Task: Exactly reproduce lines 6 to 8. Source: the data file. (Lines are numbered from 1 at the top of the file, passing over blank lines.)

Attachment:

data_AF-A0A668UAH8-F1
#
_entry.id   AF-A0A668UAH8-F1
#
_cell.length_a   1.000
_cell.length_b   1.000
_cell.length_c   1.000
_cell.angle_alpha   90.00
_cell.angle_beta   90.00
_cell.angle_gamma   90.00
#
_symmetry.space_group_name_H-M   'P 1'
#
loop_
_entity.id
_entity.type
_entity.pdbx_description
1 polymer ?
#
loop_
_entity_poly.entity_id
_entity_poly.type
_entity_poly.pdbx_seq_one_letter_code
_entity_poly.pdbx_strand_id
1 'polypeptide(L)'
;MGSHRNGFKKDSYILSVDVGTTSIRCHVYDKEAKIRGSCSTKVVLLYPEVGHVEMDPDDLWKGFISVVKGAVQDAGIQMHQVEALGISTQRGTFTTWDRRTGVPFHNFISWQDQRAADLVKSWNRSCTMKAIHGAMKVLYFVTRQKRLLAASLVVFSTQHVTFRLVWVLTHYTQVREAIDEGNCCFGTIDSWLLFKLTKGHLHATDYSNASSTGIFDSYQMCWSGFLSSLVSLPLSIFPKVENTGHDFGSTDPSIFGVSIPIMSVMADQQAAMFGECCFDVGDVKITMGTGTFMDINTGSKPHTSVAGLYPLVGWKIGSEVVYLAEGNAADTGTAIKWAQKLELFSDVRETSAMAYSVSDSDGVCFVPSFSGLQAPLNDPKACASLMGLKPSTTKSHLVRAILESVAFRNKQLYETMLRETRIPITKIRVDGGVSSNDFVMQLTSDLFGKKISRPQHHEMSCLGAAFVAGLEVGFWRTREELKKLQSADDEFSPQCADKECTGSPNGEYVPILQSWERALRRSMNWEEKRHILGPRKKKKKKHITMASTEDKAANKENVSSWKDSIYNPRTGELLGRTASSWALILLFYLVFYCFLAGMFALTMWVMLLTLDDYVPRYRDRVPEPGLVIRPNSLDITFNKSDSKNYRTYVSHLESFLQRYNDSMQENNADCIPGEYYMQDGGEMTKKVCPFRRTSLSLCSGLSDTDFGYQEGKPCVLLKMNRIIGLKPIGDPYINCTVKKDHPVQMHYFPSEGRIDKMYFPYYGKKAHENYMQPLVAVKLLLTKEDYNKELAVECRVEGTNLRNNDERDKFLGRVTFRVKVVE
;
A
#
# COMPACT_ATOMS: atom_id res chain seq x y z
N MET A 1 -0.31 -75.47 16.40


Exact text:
_cell.length_b   1.000
_cell.length_c   1.000
_cell.angle_alpha   90.00